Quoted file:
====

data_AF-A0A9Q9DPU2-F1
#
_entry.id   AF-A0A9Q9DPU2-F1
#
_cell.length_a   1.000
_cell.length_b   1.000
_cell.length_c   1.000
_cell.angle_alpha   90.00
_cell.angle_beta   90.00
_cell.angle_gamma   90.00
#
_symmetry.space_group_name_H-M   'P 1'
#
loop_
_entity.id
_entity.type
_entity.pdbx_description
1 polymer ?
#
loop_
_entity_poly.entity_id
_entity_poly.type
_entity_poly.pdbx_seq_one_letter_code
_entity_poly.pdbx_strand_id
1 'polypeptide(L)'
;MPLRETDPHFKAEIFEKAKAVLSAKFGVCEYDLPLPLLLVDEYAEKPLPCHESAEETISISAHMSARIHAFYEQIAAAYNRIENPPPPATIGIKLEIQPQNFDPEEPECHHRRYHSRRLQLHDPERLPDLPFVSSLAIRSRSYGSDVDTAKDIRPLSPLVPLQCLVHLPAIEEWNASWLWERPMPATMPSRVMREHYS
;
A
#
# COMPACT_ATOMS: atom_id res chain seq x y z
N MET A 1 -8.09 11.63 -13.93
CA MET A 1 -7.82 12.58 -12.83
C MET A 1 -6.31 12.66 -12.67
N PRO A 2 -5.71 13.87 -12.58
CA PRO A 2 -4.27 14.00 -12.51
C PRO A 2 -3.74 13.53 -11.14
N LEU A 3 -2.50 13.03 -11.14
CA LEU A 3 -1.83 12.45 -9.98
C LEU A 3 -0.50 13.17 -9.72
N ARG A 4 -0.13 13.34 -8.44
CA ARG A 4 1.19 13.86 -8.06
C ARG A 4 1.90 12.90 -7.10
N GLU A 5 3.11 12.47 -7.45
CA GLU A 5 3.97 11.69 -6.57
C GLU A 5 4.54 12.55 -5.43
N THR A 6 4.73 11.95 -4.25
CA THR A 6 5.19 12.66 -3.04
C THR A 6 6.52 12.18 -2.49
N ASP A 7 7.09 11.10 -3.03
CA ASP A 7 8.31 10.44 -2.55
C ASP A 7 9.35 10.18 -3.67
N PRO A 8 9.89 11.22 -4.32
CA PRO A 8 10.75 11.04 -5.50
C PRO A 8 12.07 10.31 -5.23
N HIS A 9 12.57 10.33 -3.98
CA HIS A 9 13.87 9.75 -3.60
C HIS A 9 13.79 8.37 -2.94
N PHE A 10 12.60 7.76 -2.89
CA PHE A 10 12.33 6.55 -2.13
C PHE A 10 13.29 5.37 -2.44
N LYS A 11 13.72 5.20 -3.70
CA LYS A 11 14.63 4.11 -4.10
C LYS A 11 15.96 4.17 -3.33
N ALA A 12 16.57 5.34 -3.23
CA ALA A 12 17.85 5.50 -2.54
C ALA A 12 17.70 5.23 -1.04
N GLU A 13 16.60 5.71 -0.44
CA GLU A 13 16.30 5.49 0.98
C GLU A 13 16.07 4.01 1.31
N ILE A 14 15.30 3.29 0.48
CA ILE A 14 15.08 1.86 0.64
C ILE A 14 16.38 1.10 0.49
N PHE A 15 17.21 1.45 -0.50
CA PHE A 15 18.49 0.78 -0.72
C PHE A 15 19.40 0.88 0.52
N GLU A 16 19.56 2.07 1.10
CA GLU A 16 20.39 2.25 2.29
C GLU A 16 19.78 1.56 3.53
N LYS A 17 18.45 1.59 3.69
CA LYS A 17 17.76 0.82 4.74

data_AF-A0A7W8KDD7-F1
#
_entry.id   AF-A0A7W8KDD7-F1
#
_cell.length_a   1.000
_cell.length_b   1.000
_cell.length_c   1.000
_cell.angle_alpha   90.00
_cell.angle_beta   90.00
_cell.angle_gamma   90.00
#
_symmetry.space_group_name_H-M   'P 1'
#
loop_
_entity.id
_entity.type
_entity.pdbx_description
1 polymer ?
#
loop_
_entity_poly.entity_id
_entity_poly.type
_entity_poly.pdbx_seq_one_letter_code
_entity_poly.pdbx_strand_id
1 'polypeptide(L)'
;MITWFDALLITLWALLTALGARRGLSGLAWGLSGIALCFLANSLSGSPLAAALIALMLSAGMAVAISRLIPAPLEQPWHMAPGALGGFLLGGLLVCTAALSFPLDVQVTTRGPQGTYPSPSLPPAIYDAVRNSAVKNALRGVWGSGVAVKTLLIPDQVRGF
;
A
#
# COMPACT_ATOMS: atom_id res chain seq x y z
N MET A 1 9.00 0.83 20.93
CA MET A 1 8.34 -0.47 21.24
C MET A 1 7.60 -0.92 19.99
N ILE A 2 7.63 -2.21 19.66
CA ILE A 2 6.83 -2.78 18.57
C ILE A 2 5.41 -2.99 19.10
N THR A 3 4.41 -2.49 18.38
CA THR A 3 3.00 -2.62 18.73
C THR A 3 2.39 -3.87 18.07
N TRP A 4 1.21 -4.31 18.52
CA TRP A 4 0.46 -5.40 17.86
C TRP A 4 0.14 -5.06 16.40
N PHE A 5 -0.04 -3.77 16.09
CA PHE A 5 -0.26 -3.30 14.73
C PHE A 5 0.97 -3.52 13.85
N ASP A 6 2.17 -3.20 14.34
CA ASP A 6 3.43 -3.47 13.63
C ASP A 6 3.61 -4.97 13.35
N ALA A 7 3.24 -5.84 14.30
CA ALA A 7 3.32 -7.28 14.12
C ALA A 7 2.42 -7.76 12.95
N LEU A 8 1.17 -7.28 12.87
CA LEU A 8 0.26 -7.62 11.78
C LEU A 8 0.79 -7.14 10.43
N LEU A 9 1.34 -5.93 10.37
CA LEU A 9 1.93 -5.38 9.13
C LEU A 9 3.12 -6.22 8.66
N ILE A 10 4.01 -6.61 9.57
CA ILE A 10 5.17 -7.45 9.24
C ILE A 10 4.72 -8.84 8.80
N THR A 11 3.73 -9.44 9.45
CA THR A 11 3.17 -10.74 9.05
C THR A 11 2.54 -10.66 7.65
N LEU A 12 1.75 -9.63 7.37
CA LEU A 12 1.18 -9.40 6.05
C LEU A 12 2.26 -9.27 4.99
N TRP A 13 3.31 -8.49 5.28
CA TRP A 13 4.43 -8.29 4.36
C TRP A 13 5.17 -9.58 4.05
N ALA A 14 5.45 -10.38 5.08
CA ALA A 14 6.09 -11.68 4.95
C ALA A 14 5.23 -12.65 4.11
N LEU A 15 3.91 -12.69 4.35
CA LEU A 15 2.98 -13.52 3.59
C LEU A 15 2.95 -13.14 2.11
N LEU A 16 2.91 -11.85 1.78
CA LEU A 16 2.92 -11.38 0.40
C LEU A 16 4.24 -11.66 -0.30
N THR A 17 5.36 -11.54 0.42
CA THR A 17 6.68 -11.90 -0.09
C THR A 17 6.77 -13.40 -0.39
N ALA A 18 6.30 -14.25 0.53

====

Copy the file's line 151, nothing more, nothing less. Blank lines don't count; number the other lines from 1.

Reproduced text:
CA ALA A 14 6.09 -11.68 4.95